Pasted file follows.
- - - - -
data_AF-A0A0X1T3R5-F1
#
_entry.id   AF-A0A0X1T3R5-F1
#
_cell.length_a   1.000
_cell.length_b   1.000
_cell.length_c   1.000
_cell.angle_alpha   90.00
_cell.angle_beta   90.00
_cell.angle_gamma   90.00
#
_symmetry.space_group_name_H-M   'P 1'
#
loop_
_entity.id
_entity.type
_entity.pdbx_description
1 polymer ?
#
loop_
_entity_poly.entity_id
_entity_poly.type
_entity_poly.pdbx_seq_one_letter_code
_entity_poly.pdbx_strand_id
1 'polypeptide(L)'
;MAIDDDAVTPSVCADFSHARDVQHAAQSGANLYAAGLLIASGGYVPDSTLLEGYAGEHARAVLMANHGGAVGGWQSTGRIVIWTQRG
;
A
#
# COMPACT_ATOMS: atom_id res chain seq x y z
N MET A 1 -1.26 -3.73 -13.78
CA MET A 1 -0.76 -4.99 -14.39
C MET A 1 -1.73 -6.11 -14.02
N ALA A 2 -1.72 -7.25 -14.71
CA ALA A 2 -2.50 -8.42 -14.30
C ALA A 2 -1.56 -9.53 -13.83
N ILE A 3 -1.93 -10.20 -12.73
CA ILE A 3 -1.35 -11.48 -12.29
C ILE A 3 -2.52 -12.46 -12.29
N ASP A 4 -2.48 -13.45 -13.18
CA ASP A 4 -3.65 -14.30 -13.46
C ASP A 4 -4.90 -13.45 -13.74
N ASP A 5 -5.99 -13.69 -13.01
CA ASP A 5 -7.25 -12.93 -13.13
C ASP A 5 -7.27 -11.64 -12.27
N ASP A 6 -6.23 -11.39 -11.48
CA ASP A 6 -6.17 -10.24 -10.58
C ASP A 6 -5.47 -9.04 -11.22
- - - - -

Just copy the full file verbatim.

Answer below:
data_AF-A0A0X1T3R5-F1
#
_entry.id   AF-A0A0X1T3R5-F1
#
_cell.length_a   1.000
_cell.length_b   1.000
_cell.length_c   1.000
_cell.angle_alpha   90.00
_cell.angle_beta   90.00
_cell.angle_gamma   90.00
#
_symmetry.space_group_name_H-M   'P 1'
#
loop_
_entity.id
_entity.type
_entity.pdbx_description
1 polymer ?
#
loop_
_entity_poly.entity_id
_entity_poly.type
_entity_poly.pdbx_seq_one_letter_code
_entity_poly.pdbx_strand_id
1 'polypeptide(L)'
;MAIDDDAVTPSVCADFSHARDVQHAAQSGANLYAAGLLIASGGYVPDSTLLEGYAGEHARAVLMANHGGAVGGWQSTGRIVIWTQRG
;
A
#
# COMPACT_ATOMS: atom_id res chain seq x y z
N MET A 1 -1.26 -3.73 -13.78
CA MET A 1 -0.76 -4.99 -14.39
C MET A 1 -1.73 -6.11 -14.02
N ALA A 2 -1.72 -7.25 -14.71
CA ALA A 2 -2.50 -8.42 -14.30
C ALA A 2 -1.56 -9.53 -13.83
N ILE A 3 -1.93 -10.20 -12.73
CA ILE A 3 -1.35 -11.48 -12.29
C ILE A 3 -2.52 -12.46 -12.29
N ASP A 4 -2.48 -13.45 -13.18
CA ASP A 4 -3.65 -14.30 -13.46
C ASP A 4 -4.90 -13.45 -13.74
N ASP A 5 -5.99 -13.69 -13.01
CA ASP A 5 -7.25 -12.93 -13.13
C ASP A 5 -7.27 -11.64 -12.27
N ASP A 6 -6.23 -11.39 -11.48
CA ASP A 6 -6.17 -10.24 -10.58
C ASP A 6 -5.47 -9.04 -11.22